Since everyone seemed to enjoy my last post on the craft of bartending and the intricacies of the profession (21 visits in one day = AWESOME and thank you!), I am following up on that interest by debunking some myths about liquor that bartenders are pouring every night and the mysteries behind the labels of those bottles.
I could probably write a book just on this subject alone, but for purposes here, I am listing MY biggest pet peeves behind the bar. There’s no easy way to say this: A bad bartender can ruin an otherwise good night, especially if it's that one time you and your date, spouse, partner, or mistress decide to have a night out. Nobody wants to be faced with an inattentive, surly, or irresponsible bartender—it’s just no fun. I'm sure most of you can relate to having this experience.
Rhubarb is an obscure plant and doesn’t get the recognition it deserves as far as being unique flavor ingredient in cocktail. Rhubarb’s long, spindly stalks are a good sign that spring has arrived. The spring is the time of the year that mixologists get excited about the plethora of harvested herbs, berries, grapefruit, stone fruits, and the little known, rhubarb that are available. It allows for much creativity, innovation, experimentation, and flavor contrasts in your cocktail shakers.
The humble grapefruit is a very under-rated fruit. Now is the time to appreciate its simplicity since we are at the time of season where it starts to peak. Often looked upon as a flavorless and boring, the grapefruit has a lot to offer in terms of cocktail balance and flavor. To cocktail enthusiasts and gurus, it has many applications and has been used in cocktails since the turn of the century. The grapefruit isn’t ‘hip’ and the terms ‘exotic’ and ‘esoteric’ doesn’t apply to this fruit in today’s cocktail vernacular, like passion fruit, plum, acai berry, etc…
Over the last two months, readers have been nominating and voting for their favorite distilled spirits in 10 categories and the results are in for the winning brands. It is an interesting mix and it is obvious that these brands (some of which are relatively unknown) have a strong following and loyal fans. This may be an indication that they're something to try if you haven't already.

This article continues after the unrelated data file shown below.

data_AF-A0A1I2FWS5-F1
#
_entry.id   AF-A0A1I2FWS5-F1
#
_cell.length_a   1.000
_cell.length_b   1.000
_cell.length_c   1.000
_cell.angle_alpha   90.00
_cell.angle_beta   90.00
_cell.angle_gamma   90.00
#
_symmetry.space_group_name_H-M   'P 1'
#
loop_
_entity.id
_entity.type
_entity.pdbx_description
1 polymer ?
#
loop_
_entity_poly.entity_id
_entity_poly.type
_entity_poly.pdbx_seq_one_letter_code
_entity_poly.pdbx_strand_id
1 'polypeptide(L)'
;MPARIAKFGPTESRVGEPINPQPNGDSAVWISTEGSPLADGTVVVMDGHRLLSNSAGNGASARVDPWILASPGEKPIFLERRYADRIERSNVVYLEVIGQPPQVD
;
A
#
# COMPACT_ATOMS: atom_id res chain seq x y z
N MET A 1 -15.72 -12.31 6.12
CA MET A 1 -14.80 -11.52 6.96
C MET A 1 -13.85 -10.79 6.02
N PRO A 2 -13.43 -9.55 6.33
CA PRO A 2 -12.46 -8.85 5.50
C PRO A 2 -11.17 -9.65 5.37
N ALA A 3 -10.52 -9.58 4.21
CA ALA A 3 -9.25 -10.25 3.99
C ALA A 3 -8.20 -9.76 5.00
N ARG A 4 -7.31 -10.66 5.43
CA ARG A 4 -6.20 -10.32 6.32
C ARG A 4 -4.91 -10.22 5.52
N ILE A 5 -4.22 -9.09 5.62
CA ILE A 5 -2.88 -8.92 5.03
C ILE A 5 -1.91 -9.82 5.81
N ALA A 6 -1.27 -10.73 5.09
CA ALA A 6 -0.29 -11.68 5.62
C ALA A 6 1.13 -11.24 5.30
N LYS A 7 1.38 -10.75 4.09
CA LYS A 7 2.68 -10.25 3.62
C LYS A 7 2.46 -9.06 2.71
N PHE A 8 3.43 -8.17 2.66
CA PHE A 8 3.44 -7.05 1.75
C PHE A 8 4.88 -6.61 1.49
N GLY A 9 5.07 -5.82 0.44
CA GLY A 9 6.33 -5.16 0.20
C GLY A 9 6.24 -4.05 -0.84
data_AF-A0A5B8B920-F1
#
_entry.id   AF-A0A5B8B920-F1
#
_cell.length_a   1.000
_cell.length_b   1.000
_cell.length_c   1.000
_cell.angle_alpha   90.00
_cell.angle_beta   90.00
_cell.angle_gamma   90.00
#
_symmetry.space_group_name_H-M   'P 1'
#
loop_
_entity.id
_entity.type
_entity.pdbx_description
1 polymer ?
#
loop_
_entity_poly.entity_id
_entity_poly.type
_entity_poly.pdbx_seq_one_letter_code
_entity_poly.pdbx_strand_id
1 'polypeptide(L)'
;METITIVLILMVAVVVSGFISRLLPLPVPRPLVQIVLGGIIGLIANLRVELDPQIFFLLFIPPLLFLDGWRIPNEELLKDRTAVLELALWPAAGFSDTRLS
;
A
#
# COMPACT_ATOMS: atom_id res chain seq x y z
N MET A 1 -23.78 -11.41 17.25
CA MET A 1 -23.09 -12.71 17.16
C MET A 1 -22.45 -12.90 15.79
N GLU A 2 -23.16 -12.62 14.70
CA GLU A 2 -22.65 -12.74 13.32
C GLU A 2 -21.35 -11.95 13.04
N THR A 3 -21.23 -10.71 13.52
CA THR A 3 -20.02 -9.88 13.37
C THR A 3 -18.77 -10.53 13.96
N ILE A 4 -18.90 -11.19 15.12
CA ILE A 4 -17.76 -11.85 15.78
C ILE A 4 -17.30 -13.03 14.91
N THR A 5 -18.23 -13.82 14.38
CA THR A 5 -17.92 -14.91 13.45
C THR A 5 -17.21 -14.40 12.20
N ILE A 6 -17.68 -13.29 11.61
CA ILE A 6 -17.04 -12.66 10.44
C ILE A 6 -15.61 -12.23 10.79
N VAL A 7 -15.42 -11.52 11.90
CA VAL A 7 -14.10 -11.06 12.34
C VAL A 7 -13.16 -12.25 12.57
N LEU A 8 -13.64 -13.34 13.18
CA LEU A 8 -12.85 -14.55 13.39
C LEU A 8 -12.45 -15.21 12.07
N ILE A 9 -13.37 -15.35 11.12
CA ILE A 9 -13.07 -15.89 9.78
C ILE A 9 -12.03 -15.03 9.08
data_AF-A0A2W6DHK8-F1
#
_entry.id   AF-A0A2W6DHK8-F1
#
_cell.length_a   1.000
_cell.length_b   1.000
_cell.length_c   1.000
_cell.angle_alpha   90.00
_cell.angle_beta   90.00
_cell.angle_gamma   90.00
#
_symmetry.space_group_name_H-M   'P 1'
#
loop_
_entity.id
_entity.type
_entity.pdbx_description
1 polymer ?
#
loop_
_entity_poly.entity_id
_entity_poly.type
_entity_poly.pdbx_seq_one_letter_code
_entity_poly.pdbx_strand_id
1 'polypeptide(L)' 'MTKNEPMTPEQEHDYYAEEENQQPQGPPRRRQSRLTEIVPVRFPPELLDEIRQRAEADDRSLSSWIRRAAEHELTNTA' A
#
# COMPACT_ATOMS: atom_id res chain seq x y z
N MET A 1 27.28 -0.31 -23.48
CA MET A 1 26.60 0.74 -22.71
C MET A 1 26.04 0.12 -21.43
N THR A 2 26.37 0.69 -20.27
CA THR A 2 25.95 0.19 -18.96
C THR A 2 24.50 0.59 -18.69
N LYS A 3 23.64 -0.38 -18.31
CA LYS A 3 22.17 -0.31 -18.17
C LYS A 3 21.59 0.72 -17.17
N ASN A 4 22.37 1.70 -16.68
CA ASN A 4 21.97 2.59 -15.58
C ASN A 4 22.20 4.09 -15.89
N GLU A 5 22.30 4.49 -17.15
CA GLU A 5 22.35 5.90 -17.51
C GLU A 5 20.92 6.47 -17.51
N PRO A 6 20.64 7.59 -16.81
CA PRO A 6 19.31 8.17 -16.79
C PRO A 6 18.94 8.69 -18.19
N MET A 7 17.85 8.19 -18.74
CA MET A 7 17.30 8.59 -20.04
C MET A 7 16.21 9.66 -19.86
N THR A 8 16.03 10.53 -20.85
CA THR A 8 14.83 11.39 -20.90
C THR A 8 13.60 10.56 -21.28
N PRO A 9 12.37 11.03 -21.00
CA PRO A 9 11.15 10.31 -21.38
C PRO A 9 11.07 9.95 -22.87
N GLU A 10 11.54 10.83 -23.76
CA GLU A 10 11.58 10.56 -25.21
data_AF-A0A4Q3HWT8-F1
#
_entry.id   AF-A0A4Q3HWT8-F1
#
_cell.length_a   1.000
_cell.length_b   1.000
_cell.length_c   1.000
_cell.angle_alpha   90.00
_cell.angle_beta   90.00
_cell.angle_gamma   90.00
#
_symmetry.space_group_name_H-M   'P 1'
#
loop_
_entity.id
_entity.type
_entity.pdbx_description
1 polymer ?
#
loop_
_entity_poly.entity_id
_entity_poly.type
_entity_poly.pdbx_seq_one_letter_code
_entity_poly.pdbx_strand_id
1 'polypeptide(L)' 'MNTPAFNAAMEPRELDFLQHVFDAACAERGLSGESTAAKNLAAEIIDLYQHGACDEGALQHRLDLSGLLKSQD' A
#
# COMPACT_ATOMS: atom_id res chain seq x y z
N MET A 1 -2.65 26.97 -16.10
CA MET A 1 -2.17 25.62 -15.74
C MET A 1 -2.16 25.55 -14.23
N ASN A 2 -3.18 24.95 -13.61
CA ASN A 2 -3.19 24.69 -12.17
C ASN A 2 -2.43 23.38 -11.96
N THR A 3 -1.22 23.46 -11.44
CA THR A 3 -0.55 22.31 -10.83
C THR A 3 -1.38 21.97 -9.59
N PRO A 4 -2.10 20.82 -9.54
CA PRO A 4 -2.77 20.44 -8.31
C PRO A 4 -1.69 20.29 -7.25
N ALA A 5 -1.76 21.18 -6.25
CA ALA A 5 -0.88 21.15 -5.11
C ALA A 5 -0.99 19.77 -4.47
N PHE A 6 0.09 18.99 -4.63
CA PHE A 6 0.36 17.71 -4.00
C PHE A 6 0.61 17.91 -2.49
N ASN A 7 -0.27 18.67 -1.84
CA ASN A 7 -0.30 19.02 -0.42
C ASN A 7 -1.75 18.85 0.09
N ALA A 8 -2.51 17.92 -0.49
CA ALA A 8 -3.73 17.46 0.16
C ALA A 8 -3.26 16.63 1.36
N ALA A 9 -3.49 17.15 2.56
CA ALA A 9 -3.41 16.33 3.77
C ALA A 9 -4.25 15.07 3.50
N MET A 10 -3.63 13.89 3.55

Here are the winners in each of the 10 categories. Search for cocktails with these fine spirits.
Bourbon and Scotch may be the most popular, but the drink of choice for many whiskey connoisseurs is increasingly a glass of classic rye whiskey.
Up until recently, this historic American spirit was fading into obscurity. Liquor stores and bars usually stocked just a few old, dusty bottles. But there has been a miraculous rebirth of the rye category, and drinkers now prize its big, spicy and brash flavors. Distillers are now struggling to keep up with demand.
The end of March/early April is unofficially "Whiskies of the World" season with many festivals around the globe celebrating all kinds of whiskey, whether you're into Scotch, Bourbon, Rye, Irish, Canadian, or Sour Mash...There's something for everyone...Stay tuned this week for a discussion on the plethora of whiskies out there and the brands that made the 'cut' for being the 'best' by readers' choice this past year (official results will be available first week of April)...Also, I will list some new and innovative cocktails that can be mixed up using these fine and undiscovered spirits...
National Absinthe Day is March 5. Absinthe is an anise-flavored spirit that was originally 136 proof and made with grande wormwood. It is typically made by distilling neutral grain spirits with herbs, predominately anise, florence fennel and grande wormwood. Other herbs such as angelica root, coriander, dittany leaves, hyssop, juniper, nutmeg, melissa, star anise, sweet flag, and veronica are also used.